Amidst the political debate, many of the world's media outlets criticizes European politician's apparent inability to act in coordination to mitigate the crisis and to help the refugees and migrants en route, while also criticizing the governments who oppose migration and erect border fences. Some outlets however claim that most of the mainstream media is biased, using dramatized footage, photographs and stories, and unfairly criticizing anti-migration governments as inhumane, even fascist powers, while distorting the nature of the refugees and migrants, withholding information about their negative aspects.

Online Reaction

The crisis has spawned parodic and sarcastic images both mocking Germany and German chancellor Angela Merkel's apparent invitation of migrants, but also the apparent indifference or outright hostility of Europe, the European Union, or individual countries, most notably, the border fences erected and the lack of wide-ranging search and rescue operations on the Mediterranean Sea.

Kiyiya Vuran Insanlik

On September 1st, 2015, Turkish Twitter users began tweeting the hashtag #KiyiyaVuranInsanlik (English: Humanity Washed Ashore), along with a photo of the three year-old Syrian boy named Aylan Kurdi, who died overnight in the Mediterranean Sea by drowning during his family's failed attempt at a night passage from Turkey to Greece. In the photo, Kurdi is seen lying face-down in the sand on the beaches of Bodrum, Turkey.

Search Interest

External References

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Top Comments

lisalombs
lisalombs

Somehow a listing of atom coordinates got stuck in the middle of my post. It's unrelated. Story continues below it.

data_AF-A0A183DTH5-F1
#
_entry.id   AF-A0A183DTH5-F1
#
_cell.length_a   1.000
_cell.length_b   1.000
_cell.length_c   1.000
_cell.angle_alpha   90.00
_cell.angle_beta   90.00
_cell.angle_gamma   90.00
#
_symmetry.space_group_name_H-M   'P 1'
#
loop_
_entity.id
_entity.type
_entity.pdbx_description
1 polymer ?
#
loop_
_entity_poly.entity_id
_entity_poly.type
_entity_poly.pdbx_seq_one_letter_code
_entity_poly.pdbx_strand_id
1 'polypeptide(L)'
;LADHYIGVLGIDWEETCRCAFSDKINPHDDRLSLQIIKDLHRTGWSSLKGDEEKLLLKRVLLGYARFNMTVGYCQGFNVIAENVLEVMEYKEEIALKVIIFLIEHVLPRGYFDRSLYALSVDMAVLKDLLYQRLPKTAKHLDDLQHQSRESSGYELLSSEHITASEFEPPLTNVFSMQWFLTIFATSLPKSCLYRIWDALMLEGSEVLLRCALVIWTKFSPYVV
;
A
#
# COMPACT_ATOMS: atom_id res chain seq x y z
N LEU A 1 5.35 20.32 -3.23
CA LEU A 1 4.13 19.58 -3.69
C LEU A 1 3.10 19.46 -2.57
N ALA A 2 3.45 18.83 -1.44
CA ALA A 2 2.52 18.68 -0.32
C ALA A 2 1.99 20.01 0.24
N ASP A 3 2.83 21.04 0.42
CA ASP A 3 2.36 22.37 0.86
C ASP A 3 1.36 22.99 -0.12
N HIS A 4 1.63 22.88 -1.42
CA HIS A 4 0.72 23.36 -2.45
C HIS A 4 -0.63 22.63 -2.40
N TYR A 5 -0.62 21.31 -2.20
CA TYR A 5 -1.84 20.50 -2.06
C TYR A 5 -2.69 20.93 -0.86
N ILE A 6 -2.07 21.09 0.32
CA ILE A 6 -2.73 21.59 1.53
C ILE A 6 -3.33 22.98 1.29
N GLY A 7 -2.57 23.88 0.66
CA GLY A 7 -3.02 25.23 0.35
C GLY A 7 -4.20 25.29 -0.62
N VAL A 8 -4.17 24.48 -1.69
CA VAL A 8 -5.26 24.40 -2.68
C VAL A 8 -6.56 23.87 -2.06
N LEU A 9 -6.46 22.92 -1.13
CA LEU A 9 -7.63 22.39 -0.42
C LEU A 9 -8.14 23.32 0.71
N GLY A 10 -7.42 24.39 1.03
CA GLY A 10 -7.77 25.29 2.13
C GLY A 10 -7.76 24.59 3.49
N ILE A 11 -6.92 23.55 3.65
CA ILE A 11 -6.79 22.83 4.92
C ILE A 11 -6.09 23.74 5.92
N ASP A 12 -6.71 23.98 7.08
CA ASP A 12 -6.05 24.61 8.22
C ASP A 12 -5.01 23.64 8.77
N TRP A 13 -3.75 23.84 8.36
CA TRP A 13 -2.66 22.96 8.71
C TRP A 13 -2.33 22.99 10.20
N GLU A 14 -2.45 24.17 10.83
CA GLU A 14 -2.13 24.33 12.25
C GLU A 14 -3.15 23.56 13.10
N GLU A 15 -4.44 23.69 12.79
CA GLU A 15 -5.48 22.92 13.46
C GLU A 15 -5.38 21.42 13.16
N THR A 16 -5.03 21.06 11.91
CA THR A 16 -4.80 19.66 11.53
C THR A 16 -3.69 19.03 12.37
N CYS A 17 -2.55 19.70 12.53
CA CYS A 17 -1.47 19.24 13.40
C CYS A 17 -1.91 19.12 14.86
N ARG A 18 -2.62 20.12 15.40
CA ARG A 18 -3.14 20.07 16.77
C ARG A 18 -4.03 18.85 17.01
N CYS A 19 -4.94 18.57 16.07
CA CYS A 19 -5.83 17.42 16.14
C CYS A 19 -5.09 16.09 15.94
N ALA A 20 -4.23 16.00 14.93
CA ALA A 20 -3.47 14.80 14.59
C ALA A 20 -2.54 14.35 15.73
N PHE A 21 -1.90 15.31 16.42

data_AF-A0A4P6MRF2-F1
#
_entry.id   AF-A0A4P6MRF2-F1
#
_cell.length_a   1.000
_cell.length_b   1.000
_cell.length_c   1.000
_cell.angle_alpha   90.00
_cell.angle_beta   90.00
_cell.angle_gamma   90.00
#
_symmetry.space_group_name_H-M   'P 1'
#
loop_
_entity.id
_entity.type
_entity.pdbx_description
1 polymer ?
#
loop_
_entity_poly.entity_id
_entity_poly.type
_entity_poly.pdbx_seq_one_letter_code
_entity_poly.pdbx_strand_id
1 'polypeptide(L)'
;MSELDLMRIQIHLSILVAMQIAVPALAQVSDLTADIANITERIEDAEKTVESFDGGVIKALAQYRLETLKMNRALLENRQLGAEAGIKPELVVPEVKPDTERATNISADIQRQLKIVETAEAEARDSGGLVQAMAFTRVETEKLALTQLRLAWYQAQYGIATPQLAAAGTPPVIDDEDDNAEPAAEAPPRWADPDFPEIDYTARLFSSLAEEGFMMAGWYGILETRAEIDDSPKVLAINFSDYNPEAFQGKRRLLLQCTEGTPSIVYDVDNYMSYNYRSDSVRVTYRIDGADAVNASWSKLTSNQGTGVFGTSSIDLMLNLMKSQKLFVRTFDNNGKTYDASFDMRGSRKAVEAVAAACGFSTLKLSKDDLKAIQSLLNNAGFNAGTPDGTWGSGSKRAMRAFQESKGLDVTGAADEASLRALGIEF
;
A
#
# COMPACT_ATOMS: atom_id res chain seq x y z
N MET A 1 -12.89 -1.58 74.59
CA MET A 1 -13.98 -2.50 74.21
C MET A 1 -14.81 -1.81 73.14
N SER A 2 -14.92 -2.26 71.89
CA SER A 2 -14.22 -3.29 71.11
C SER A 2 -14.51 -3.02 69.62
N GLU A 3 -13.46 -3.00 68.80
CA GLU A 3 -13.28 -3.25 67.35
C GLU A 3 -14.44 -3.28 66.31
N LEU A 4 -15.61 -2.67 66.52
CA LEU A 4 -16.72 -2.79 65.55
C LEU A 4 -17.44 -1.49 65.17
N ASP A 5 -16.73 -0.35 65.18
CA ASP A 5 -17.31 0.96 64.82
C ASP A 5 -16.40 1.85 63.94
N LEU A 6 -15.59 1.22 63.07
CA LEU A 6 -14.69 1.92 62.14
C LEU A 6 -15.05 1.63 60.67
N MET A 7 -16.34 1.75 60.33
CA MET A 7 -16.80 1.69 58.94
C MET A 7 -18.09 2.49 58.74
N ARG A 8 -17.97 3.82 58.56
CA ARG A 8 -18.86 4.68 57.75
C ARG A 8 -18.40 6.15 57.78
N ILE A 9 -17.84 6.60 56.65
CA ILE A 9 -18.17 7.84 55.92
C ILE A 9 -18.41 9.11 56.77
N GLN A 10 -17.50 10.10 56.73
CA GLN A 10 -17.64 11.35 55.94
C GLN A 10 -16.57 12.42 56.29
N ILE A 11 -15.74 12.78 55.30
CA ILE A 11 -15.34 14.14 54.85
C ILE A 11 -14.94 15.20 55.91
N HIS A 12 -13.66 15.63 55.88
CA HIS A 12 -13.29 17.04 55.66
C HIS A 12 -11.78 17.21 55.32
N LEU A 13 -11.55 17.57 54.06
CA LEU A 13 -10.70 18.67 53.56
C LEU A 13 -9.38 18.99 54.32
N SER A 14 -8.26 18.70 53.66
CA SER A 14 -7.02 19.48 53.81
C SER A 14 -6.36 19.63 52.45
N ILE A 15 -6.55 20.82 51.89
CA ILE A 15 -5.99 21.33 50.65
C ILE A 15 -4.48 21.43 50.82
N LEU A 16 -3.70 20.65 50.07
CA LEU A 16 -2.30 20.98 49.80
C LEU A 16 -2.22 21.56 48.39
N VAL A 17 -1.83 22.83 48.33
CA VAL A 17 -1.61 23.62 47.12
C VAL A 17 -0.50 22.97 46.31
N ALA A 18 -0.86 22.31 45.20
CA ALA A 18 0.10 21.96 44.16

By the EU's own statistics, only 1 in 5 of these "refugees" is actually from Syria. By the UN's, ~70% are single males. The actual refugees, women and children and families, are stopping in the borderline countries because that's where the UN has refugee camps set up, that's where the aid is. The single males who continue into Europe in an attempt to get to Germany are nothing more than illegal immigrants, and they're starting to take their toll on legitimate citizens in the country. People are being evicted from their homes because it's cheaper for the government to move "refugees" in than build new shelters for them. The shelters that exist are stuffed 3-4x their maximum capacity, leading to culture clashes and violence. The German police union is calling for an apartheid system for Christians and Muslims because the violence has gotten so bad. Germany is even seeing a rise in all the "culture" that these "refugees" claim to be fleeing from, just two days ago another honor killing took place because a German Muslim's daughter wouldn't agree to her forced marriage. Strangled her in her sleep. These people don't want to assimilate, they don't want to follow Germany's laws, they want to follow Sharia law. c